## Geometrically Natural Bases

We now look at some of the usefulness of the matrix of a linear mapping. We will do this with an example. Example: Let L from R2 to R2 be the linear mapping defined by L(x1, x2) = ((9/25)x1 + (12/25)x2, (12/25)x1 + (16/25)x2). This is a nice mapping. Can you tell just by looking at this what the simple geometric interpretation of the mapping is? Probably not. In general, if we are just given some definition like this of a linear mapping, then you are not going to be able to tell just by looking at it what the geometric interpretation is. The idea of the matrix of a linear mapping with respect to a basis B (or with respect to bases B and C) is to help us understand the action of the mapping.

In the case of this example, we have that the standard matrix of L is [9/25, 12/25; 12/25, 16/25]. This matrix is ugly. How can we make this look nicer? We can diagonalize. Recall from Linear Algebra I that the point of diagonalization is to find a diagonal matrix that is similar to the standard matrix of L. Moreover, this similar matrix is the B-matrix of L, where the basis vectors in B are the eigenvectors taken from the matrix P which diagonalizes the standard matrix.

If we diagonalize the standard matrix of L, we get the matrix [1, 0; 0, 0], and the matrix P has columns [3; 4] and [-4; 3]. In particular, our work in Linear Algebra I shows us that the B-matrix of L with respect to the basis B = {[3; 4], [-4; 3]} is [1, 0; 0, 0]. We can now use this to get a clear geometric understanding of this mapping. By definition of the B-matrix, we have that the B-coordinate vector of L(x) is the B-matrix of L times the B-coordinate vector of x. Denote the vectors in B by {v1, v2}. Let x = b1v1 + b2v2 be any vector in R2, so the B-coordinate vector of x is [b1; b2]. Then the B-coordinate vector of L(x) is [1, 0; 0, 0][b1; b2], which is [b1; 0]. Hence, by definition of coordinates, we have that L(x) is b1v1. Thus, the mapping takes a vector x and returns the amount of x in the direction of v1. Hence, we recognize this mapping as a projection of x onto v1 = [3; 4].

Definition: Let L from V to V be a linear operator. If B is a basis for V such that the B-matrix of L is diagonal, then B is called a geometrically natural basis for L. Notice, the whole point of diagonalizing the standard matrix of a linear operator L is to find a geometrically natural basis B for the linear operator. The vectors in the geometrically natural basis will be eigenvectors of the standard matrix. We can then use the B-matrix of L to help us understand the mapping L.

Example: Let A be the matrix [3, 2; 2, 0], and define the matrix mapping L(x) = Ax. Describe geometrically the action of the linear mapping. Solution: We find that the eigenvectors of A are v1 = [2; 1] with corresponding eigenvalue lambda_1 = 4, and v2 = [-1; 2] with corresponding eigenvalue lambda_2 = -1. Hence, taking P = [2, -1; 1, 2] gives (P-inverse)AP = [4, 0; 0, -1]. Thus, if we take B = {v1, v2}, we get the B-matrix of L equals [4, 0; 0, -1]. So, for any vector x = b1v1 + b2v2 in R2, we have the B-coordinate vector of L(x) equals the B-matrix of L times the B-coordinate vector of x, which is [4, 0; 0, -1][b1; b2], which is [4b1; -b2]. Therefore, L(x) = 4b1v1 – b2v2. Hence, the linear mapping L takes a vector x and stretches it by a factor of 4 in the v1 direction and reflects it in the v2 direction.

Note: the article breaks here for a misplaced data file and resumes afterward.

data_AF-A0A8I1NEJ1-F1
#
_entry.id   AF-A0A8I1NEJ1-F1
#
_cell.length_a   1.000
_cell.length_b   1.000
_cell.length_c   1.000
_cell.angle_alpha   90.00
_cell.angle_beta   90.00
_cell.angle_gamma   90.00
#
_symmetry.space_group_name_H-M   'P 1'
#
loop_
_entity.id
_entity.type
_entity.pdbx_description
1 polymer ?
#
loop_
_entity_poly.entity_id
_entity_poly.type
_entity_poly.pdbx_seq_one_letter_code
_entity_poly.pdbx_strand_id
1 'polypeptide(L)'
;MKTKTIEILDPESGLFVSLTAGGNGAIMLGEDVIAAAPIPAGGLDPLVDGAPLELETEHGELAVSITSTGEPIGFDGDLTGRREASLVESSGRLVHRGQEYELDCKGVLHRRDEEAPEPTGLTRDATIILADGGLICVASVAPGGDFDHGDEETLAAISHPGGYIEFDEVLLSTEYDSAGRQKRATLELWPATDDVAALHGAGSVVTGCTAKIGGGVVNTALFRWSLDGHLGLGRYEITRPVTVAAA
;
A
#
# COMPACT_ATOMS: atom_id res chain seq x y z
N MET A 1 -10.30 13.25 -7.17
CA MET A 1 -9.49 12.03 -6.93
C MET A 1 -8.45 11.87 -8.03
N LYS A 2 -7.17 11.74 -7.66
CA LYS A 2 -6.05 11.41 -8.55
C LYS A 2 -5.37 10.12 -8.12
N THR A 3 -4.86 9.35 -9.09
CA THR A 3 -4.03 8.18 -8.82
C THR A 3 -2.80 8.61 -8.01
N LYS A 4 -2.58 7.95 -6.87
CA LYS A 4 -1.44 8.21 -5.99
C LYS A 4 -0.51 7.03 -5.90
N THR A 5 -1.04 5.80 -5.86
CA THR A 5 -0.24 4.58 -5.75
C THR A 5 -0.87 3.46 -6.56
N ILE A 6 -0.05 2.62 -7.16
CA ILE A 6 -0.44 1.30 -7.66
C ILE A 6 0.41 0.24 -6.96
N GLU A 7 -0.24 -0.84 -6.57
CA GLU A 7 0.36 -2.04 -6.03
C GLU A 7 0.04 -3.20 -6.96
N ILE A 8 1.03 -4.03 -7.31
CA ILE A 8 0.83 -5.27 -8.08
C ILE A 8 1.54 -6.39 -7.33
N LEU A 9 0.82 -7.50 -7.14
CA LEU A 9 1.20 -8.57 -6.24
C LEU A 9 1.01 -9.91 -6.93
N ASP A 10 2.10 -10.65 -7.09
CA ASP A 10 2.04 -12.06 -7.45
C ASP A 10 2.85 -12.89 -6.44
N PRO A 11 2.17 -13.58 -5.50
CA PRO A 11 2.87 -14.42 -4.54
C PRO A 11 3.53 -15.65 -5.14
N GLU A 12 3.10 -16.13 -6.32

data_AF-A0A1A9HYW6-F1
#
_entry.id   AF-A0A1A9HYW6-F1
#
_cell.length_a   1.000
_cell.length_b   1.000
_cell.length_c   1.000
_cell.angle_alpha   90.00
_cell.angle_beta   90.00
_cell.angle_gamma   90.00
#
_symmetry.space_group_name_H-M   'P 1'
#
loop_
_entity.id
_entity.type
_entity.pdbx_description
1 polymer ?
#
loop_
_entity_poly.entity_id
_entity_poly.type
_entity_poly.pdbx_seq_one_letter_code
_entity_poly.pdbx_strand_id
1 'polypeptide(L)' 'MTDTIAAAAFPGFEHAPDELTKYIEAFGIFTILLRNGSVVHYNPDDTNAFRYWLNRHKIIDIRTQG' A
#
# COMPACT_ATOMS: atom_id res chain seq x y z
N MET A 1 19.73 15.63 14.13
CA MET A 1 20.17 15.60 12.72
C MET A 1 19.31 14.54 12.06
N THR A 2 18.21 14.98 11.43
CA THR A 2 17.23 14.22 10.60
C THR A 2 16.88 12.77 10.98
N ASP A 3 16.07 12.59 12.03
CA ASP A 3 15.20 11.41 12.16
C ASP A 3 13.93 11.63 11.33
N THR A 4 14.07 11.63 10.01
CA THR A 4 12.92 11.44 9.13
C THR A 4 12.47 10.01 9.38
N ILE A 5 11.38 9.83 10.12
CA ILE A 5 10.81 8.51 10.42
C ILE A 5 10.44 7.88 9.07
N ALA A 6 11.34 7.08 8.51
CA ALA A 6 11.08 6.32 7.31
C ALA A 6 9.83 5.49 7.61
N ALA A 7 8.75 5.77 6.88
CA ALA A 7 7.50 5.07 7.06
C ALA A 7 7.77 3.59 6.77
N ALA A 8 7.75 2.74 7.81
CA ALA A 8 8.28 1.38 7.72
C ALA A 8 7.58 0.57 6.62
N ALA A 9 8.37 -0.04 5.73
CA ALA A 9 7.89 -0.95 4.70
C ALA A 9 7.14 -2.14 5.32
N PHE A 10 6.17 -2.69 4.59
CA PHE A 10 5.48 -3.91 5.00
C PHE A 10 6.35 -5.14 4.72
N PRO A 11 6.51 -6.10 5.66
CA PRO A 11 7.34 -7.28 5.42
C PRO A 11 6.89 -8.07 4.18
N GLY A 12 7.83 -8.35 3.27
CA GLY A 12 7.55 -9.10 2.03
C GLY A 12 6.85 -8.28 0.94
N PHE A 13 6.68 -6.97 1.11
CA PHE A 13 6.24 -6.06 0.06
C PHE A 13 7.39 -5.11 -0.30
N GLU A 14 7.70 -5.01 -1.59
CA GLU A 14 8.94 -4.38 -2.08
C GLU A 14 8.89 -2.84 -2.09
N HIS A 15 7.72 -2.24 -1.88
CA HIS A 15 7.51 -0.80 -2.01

We have now seen that finding the eigenvectors of a linear mapping can help us figure out the geometry of the mapping. Of course, this works in reverse as well. That is, if we know the geometry of the mapping, then we should be able to use the geometry to help us figure out a geometrically natural basis for the mapping. We will demonstrate this with an example.

Example: Let P be the plane in R3 with normal vector n = [1; 2; 1]. Find a geometrically natural basis B for the reflection of a vector over the plane P, and find the B-matrix of the reflection. Solution: We first recall the action of a reflection. A reflection takes a vector x and returns its mirror image in the plane P, as in the figure. Our goal now is to pick a basis B for R3 of vectors that are geometrically suited for the mapping. Since we are reflecting over the plane, it makes sense to form our geometrically natural basis by picking the normal vector for the plane and a basis for the plane. To pick a basis for the plane, we just need to pick a linearly independent set of two vectors in the plane. By definition, any vector orthogonal to the normal vector is in the plane, and so we pick v2 = [0; 1; -2] and v3 = [1; 0; -1]. Thus, our geometrically natural basis is B = {n, v2, v3}.

To find the B-matrix of the reflection, we use our normal procedure. The reflection of the normal vector n over P is –n. We now need to write this as a linear combination of the vectors in B. This, of course, is really easy. It is (-1)n + 0v2 + 0v3. Next, since v2 is in the plane, the reflection of v2 over the plane is, of course, itself. Hence, we have the reflection of v2 over the plane is 0n + 1v2 + 0v3. Similarly, the reflection of v3 over the plane is 0n + 0v2 + 1v3. Notice that, indeed, the vectors we have picked—n, v2, and v3—are indeed eigenvectors of the mapping. Thus, by definition, the matrix of the reflection with respect to the basis B is [-1, 0, 0; 0, 1, 0; 0, 0, 1].

To conclude this lecture, I will just remind you that a large part of this course involves diagonalization. So, if you do not have a very good understanding of diagonalization, it is important that you review it.